Me? A Mentor for Writing with the Stars?

Ever since my first SCBWI conference I have touted the importance of attending these functions to every writer who asks me how to get published. I tell them the workshops are fantastic but it’s the connections I make that keep me going back. Recently I was reminded of this again when I received an email from Tara Luebbe, a fellow author I met at one of the NESCBWI conferences. When we first met, Tara was a pre-published picture book author going to as many conferences as she could to learn the craft of writing. Now, as she explained in the email, her first book SHARK-NATE-O will be released spring of 2018 and none of it would have happened if it weren’t for me.

I’m kidding. I had nothing to do with Tara getting published, I just like to make things all about me. 🙂

Actually she explained that her mentor had a huge part in shaping her writing. Now that she was published, Tara wanted to return the favor to other aspiring writers. She created a contest called WRITING WITH THE STARS and wondered If I would like to be a part of it by being a mentor. The idea of the contest is that selected applicants will be paired up with published authors and/or illustrators for a three-month mentorship. During that time, mentors will help mentees further develop their craft as well as share advice and insight into the publishing world.  I told her I thought this was a fantastic idea and would love to participate.

star-1289308_640Now, even though I have always thought of myself as a star, mainly because my mom told me so and no one argues with my mom, I wondered what I could truly offer another writer. It’s not like publishers are beating down my door to buy my next manuscript, in fact it’s the other way around. I am continually trying to beat their doors down. Many days it feels more like I’m banging my head against those doors, yet I continue to write and submit. That’s when I realized maybe that’s something I can offer. Perseverance.

When I was living in Massachusetts I belonged to a dojo where I studied karate. Before I left and moved to New Jersey my teacher had me stand in front of the class where he commended me for having a true “Karate Spirit.” He mentioned that I was a model for going after and achieving a goal.img_0029 He of course was talking about me being published. I accepted their praise, thanked everyone, and went home with a head so swollen from feeling good about myself that it could barely fit through the door. Weeks past, then months, which turned into a year, and the rejections were piling up; I mean a LOT of rejections. Rejection was something I was not used to. You see, I was published fairly quickly when I started writing and I initially didn’t see many rejections, especially since MONSTER & ME is a series. But now, many of my non-monster stories kept getting rejected. I started questioning myself and at times felt like giving up. I thought, maybe I suck at writing, I don’t think I do, at least my mom tells me I’m good (and like I said before, no one argues with HER). But all jokes aside, why keep writing? I’ve been published, so why subject myself to all these rejections?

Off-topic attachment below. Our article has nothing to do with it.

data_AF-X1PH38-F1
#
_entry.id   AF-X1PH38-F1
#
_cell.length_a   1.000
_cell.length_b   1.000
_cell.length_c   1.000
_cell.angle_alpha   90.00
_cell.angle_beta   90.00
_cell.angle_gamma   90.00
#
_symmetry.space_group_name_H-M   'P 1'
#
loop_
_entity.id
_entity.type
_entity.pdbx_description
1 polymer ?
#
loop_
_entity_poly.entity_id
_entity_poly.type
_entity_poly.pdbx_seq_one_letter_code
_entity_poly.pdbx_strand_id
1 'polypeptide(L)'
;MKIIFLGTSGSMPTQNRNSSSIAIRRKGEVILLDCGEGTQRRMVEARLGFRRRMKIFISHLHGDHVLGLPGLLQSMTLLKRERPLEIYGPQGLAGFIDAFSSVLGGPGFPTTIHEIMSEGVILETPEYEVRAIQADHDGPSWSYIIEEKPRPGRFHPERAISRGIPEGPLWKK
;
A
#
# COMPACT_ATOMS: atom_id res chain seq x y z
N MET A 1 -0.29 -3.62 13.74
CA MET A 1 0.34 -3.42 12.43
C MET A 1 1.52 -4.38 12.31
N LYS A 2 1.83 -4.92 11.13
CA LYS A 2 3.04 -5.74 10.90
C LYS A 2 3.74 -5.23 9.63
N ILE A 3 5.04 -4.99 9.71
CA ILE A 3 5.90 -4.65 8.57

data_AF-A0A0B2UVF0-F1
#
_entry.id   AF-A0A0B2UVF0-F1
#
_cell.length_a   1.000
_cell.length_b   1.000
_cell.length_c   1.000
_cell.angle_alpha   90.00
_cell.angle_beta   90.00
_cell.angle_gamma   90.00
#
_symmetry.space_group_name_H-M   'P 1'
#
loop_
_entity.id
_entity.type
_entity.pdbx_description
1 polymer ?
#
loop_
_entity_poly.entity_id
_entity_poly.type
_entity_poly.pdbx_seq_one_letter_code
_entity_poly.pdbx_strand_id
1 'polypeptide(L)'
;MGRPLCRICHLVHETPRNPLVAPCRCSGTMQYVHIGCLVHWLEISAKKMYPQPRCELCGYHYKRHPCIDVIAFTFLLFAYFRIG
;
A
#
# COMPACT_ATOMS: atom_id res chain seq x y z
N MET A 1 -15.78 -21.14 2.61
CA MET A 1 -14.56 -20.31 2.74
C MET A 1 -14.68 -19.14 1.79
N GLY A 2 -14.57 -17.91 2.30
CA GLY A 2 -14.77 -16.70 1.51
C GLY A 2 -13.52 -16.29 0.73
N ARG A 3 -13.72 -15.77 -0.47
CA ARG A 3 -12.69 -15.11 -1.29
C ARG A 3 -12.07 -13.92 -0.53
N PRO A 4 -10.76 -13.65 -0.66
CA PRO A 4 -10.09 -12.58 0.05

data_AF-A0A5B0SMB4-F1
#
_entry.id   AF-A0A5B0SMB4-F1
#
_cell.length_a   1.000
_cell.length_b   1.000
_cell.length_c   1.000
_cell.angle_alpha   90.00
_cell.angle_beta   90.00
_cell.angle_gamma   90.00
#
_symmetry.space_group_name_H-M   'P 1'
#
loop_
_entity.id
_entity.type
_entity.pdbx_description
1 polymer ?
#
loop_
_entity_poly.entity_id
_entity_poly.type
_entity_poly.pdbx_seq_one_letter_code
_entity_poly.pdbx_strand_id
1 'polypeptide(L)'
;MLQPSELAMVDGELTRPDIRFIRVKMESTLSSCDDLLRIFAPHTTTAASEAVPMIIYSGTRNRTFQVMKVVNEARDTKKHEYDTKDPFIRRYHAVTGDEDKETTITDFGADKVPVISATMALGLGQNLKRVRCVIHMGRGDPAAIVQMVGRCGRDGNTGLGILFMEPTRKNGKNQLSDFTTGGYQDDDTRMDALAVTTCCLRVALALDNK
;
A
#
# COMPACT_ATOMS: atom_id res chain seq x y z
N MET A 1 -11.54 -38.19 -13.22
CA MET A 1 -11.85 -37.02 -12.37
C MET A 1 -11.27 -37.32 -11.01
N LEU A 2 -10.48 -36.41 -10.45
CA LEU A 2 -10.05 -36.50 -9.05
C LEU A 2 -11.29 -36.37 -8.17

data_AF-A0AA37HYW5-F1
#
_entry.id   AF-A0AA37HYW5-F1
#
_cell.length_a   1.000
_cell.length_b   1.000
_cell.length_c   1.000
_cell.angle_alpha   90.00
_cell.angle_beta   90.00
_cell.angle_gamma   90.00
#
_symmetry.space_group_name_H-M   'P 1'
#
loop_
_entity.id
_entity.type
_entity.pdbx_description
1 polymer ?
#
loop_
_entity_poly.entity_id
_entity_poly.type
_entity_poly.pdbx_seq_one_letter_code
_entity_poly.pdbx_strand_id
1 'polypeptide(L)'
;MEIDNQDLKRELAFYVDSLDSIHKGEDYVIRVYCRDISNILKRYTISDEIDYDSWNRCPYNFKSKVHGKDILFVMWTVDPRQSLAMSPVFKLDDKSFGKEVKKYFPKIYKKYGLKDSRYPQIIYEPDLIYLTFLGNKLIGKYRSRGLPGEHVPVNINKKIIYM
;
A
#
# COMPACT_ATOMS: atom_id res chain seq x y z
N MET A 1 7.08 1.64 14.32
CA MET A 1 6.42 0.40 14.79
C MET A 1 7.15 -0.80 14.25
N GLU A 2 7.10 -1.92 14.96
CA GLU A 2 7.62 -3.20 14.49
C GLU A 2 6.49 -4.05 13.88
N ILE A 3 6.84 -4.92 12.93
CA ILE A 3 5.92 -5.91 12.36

The reason is simple: because I love writing.

I enjoy going to schools and talking to kids about writing. It’s fun!

Kids love making up their own Monster Story!
Kids love making up their own Monster Story!

Then I concluded that my teacher at the dojo was wrong. I was not portraying true “karate spirit” before. True Karate Spirit is the pursuit of a goal when met with resistance. But it’s easy to pursue a goal when it garners success so quickly. I never felt the pain of the constant no, no, no. Right at the start I heard yes, yes, yes. Why wouldn’t I pursue something I was successful in?

Now that’s changed, but I still write. I love to write, and I am going to keep on writing even if the rejections keep coming. That is the thing I hope to pass on to the mentee I work with. Yes, I will help them with rhythm and rhyme and story arc. But honestly, you can learn a lot of that stuff in workshops and online. When I started, I wish I’d had an author sit me down and say, “When and If you get published, be proud of the accomplishment, but never forget to love the thing you do, because the rejections never stop.”

climber-1930589_640Your ultimate goal should not be publication. It should be writing a story that you love. That’s what’s going to keep you in the chair writing the next one and the next one and then the next one. If you think getting published is the summit to the mountain, then when you reach the top, you’re only going to realize you’re climbing the wrong mountain.

Winners of the 2017 Writing with the Stars contest are announced today at the BeckyTaraBooks blog. Winners with work with their mentors over the next three months. Check back at Tara’s blog in December for information about next year’s Writing with the Stars.

8 comments

  1. Paul, you are one funny guy 🙂 And this is a great post! Perseverance it’s the toughest part, I’d say, but knowing how they come even after publication has got to be just as frustrating :-\

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  2. Paul, you nailed it on the head about writing because I love the story, not writing just to be published. It is exactly why I write, because that is my passion and my creative outlet that I enjoy year round. You will find your next niché in your stories so do not ever give up! Thank you for your words of encouragement and being a mentor. Your mentee is a lucky individual!

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  3. Thanks for the post, Paul. Here’s another comparison with karate and writing: you have to keep in training to achieve results, and the training itself is its own reward.

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